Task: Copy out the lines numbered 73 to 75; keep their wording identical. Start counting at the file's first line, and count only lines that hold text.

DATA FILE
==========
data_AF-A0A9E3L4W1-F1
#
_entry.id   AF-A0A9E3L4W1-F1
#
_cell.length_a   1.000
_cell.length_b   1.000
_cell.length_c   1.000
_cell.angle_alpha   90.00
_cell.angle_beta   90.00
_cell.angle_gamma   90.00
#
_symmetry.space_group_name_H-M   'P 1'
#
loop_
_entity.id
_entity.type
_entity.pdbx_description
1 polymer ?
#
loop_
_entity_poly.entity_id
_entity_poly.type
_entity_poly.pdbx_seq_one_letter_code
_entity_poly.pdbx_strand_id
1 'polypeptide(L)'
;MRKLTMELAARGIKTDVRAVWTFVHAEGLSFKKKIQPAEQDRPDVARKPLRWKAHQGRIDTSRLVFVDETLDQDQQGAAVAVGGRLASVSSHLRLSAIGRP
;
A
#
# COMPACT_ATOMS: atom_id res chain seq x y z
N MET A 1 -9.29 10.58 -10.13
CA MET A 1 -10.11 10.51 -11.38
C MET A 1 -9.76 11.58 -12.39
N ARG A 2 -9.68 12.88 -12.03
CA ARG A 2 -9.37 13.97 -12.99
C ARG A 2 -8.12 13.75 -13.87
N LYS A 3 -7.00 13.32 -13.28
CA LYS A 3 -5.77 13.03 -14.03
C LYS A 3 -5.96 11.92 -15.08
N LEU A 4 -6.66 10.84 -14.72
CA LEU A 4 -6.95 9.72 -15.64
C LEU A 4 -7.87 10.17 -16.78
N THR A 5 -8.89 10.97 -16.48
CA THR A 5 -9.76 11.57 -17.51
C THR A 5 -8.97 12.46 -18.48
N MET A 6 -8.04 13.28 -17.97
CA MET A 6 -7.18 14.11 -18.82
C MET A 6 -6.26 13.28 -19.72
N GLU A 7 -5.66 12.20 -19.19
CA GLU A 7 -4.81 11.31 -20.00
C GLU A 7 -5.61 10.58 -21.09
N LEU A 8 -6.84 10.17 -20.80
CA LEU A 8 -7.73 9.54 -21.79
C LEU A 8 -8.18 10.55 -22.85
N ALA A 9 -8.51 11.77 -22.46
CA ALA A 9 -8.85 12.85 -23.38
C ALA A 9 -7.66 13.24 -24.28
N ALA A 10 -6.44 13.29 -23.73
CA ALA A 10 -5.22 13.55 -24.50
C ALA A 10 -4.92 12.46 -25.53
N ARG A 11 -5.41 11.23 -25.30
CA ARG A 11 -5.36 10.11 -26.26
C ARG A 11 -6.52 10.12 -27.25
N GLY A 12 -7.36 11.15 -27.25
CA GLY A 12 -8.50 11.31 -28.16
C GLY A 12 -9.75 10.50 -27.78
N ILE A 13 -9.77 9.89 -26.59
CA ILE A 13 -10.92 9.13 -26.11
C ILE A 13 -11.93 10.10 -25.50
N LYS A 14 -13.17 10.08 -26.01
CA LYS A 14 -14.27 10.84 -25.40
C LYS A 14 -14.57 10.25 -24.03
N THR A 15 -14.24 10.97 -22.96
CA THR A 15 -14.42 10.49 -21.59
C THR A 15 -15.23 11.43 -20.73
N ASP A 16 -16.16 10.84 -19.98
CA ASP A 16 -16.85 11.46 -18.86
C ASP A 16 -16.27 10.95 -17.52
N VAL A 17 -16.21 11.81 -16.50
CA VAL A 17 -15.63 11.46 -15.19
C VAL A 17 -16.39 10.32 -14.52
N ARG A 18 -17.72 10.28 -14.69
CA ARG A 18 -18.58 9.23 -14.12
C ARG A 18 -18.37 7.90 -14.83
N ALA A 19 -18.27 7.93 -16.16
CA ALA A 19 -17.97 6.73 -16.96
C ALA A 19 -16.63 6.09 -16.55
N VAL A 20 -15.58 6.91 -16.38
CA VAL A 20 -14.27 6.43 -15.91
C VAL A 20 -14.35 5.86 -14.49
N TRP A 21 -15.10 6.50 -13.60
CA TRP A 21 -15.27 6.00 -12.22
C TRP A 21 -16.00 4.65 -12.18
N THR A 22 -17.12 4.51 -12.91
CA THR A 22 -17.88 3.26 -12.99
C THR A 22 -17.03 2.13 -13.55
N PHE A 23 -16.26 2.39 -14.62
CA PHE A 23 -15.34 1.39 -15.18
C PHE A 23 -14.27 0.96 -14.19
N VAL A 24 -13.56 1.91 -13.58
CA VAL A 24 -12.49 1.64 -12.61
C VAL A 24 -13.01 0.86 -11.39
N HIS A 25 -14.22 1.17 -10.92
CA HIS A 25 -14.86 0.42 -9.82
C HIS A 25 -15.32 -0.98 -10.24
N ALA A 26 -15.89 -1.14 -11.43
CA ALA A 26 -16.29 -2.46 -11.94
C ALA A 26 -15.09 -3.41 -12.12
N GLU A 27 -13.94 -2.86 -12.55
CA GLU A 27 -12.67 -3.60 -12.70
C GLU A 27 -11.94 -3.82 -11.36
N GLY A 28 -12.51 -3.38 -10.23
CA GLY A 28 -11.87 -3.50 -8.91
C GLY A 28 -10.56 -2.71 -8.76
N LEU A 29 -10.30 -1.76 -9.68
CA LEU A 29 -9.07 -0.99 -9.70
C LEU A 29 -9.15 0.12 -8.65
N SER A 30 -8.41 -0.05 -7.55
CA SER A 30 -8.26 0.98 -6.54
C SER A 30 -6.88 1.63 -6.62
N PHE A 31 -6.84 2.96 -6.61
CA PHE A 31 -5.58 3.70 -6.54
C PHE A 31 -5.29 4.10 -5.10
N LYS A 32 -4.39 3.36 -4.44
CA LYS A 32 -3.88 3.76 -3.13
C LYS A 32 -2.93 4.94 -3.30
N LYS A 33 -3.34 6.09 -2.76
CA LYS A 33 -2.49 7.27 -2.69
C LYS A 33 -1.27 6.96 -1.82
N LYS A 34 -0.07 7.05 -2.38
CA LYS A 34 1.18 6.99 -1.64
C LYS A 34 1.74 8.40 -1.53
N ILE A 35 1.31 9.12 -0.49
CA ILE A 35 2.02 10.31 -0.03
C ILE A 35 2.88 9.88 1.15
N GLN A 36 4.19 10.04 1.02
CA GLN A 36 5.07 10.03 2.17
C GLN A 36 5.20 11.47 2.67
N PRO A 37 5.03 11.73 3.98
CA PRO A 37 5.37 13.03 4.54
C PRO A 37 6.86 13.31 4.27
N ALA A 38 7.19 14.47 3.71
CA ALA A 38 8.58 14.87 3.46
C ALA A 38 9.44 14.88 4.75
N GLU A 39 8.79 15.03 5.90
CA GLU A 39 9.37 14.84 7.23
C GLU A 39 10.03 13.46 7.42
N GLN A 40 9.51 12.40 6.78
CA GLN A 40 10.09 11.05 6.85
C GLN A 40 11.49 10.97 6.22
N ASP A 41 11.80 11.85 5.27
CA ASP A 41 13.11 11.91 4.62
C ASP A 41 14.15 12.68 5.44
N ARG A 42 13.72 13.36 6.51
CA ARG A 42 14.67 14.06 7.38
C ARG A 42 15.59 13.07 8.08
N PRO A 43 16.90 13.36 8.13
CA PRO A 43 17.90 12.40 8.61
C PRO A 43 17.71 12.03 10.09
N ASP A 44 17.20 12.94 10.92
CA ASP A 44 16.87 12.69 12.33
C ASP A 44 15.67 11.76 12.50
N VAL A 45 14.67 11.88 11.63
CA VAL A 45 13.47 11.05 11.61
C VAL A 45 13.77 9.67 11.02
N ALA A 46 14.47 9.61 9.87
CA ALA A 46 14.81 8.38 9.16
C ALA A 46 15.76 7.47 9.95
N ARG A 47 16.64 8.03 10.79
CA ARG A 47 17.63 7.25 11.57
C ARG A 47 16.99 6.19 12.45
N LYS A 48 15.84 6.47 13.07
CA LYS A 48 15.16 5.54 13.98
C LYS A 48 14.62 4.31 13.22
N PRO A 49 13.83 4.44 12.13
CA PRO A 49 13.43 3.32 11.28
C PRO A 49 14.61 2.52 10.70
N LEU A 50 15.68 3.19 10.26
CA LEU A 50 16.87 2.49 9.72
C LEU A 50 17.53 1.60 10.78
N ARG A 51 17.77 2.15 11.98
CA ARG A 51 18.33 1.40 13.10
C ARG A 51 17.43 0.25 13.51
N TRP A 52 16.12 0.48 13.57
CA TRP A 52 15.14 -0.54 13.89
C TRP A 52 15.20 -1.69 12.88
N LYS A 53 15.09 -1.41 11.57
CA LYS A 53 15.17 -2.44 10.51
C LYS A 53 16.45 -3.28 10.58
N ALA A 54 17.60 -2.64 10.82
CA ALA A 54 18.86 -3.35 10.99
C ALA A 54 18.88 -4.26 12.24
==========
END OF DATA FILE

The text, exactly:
N THR A 15 -14.24 10.97 -22.96
CA THR A 15 -14.42 10.49 -21.59
C THR A 15 -15.23 11.43 -20.73